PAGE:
Social Justice in Fiction: A Reading List

Cassandra Neace

Staff Writer

Cassandra Neace is a high school English teacher in Houston. When she's not in the classroom, she reads books and writes about them. She prides herself on her ability to recommend a book for most any occasion. She can be found on Instagram @read_write_make

one glorious ambitionThis week’s Riot Recommendation is sponsored by One Glorious Ambition: The Compassionate Crusade of Dorothea Dix, A Novel by Jane Kirkpatrick.

Growing up in household full of pain and tragedy, Dorothea Dix thought she was destined for nothing more than teaching and to raising her two younger brothers. She opened her first school for girls when she was fifteen and by twenty-three, was a best-selling author living an orderly and disciplined Boston life. But a visit to a prison to teach Sunday School to women in 1841 launched a new path for Dorothea, one that would turn her personal hardships into great strides for the less fortunate. Dorothea fought for the lives of those with mental illness, the poor and prisoners. Her political savvy, rare amongst women in her time, challenged those who made the rules in the almshouses, debtor prisons and private homes where mentally ill people were often chained and forgotten. Those tragic souls changed Dorothea, too, illuminating the path of peace within her own suffering and bring her “a happiness which goes with you.”


Inspired by Jane Kirkpatrick’s fictional account of activist Dorothea Dix’s life, we asked you to share your favorite works of fiction that feature social justice and characters who are deeply moved or take action to correct injustice. Here’s a collection of your recommendations from Facebook, Twitter, and the comments.

Bleak House by Charles Dickens

The Grapes of Wrath by John Steinbeck

The Mockingbirds by Daisy Whitney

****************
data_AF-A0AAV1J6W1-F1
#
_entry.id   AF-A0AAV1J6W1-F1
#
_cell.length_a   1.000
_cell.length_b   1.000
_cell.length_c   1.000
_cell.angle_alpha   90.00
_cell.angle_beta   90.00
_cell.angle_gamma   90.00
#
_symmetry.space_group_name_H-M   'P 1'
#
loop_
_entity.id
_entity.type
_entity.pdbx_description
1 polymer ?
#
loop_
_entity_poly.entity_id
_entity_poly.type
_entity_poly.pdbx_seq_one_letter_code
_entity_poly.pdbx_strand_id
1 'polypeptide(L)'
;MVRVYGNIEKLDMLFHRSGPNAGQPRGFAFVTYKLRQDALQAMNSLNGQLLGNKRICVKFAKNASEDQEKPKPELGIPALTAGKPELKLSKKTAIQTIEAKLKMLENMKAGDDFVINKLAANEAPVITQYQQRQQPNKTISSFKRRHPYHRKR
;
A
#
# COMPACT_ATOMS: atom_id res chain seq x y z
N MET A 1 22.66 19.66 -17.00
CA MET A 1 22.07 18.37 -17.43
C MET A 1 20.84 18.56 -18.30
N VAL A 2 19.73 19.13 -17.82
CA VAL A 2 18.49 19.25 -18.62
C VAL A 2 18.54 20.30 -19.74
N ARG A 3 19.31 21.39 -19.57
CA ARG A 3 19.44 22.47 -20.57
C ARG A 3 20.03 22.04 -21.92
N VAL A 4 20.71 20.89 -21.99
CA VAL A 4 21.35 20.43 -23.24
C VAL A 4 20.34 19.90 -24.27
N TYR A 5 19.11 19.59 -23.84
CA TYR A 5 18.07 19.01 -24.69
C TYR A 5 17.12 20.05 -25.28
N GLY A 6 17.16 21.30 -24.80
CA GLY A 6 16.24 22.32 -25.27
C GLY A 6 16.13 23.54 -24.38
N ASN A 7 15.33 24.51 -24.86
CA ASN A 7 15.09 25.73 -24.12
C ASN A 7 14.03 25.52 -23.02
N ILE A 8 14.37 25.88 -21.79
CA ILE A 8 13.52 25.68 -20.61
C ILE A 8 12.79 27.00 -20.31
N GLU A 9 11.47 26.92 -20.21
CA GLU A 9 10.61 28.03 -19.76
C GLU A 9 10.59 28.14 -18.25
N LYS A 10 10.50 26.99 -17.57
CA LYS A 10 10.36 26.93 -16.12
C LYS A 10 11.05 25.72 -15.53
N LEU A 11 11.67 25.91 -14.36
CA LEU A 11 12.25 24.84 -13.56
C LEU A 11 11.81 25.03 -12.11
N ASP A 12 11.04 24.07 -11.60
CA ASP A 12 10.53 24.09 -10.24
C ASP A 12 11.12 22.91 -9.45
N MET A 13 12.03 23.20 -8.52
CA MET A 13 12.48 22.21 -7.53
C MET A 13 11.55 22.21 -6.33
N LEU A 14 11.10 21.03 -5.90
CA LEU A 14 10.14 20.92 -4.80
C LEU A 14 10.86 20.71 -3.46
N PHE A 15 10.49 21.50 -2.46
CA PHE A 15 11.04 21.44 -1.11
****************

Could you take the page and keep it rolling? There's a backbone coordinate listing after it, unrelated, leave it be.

To Kill a Mockingbird by Harper Lee

Eventide and Plainsong by Kent Haruf

The Help by Kathryn Sockett

Arthur & George by Julian Barnes

Mudbound and When She Woke by Hillary Jordan

The Handmaid’s Tale by Margaret Atwood

Little Brother and Homeland by Cory Doctorow

The Lorax, The Sneetches, and Yertle the Turtle by Dr. Seuss

Remarkable Creatures by Tracy Chevalier

The Joy Luck Club by Amy Tan

1984 and Animal Farm by George Orwell

Brave New World by Aldous Huxley

Night by Elie Weisel

The Diary of Anne Frank by Anne Frank

Speak by Laurie Halse Anderson

The Hunger Games Trilogy by Suzanne Collins

Things Fall Apart by Chinua Achebe

Native Son by Richard Wright

The Color Purple and Possessing the Secret of Joy by Alice Walker

A Raisin in the Sun by Lorraine Hansberry

The Adventures of Huckleberry Finn by Mark Twain

All the King’s Men by Robert Penn Warren

The Kite Runner and A Thousand Splendid Suns by Khaled Hosseini

A Lesson Before Dying by Ernest J. Gaines

Cry, the Beloved Country by Alan Paton

Fahrenheit 451 by Ray Bradbury

The Jungle by Upton Sinclair

The Cider House Rules by John Irving

The Four Spirits by Sena Jeter Naslund

Water for Elephants by Sara Gruen

Invisible Man by Ralph Ellison

Slaughterhouse Five by Kurt Vonnegut

Lamb by Christopher Moore

Mr. g by Alan Lightman

Beloved by Toni Morrison

The God of Small Things by Arundhati Roy

Next by Michael Crichton

Lay that Trumpet in Our Hands by Susan Carol McCarthy

The House of Spirits by Isabel Allende

The Good Muslim by Tahmima Anam

Wicked by Gregory Maguire

The Secret Agent by Joseph Conrad

The Crying Tree by Naseem Rakha

The Alchemy of Stone by Ekaterina Sedia

My Year of Meats by Ruth Ozeki

Prodigal Summer by Barbara Kingslover

Jennifer Government by Max Barry

Sold by Patricia McCormick

Traveling Light by Katrina Kittle

July’s People by Nadine Gordimer

Five Smooth Stones  by Ann Fairbairn

The Milagro Beanfield War by John Nichols

The Idiot by Fyodor Dostoevsky

It’s a pretty long list, but I’m sure a few titles were left off. What would you add?

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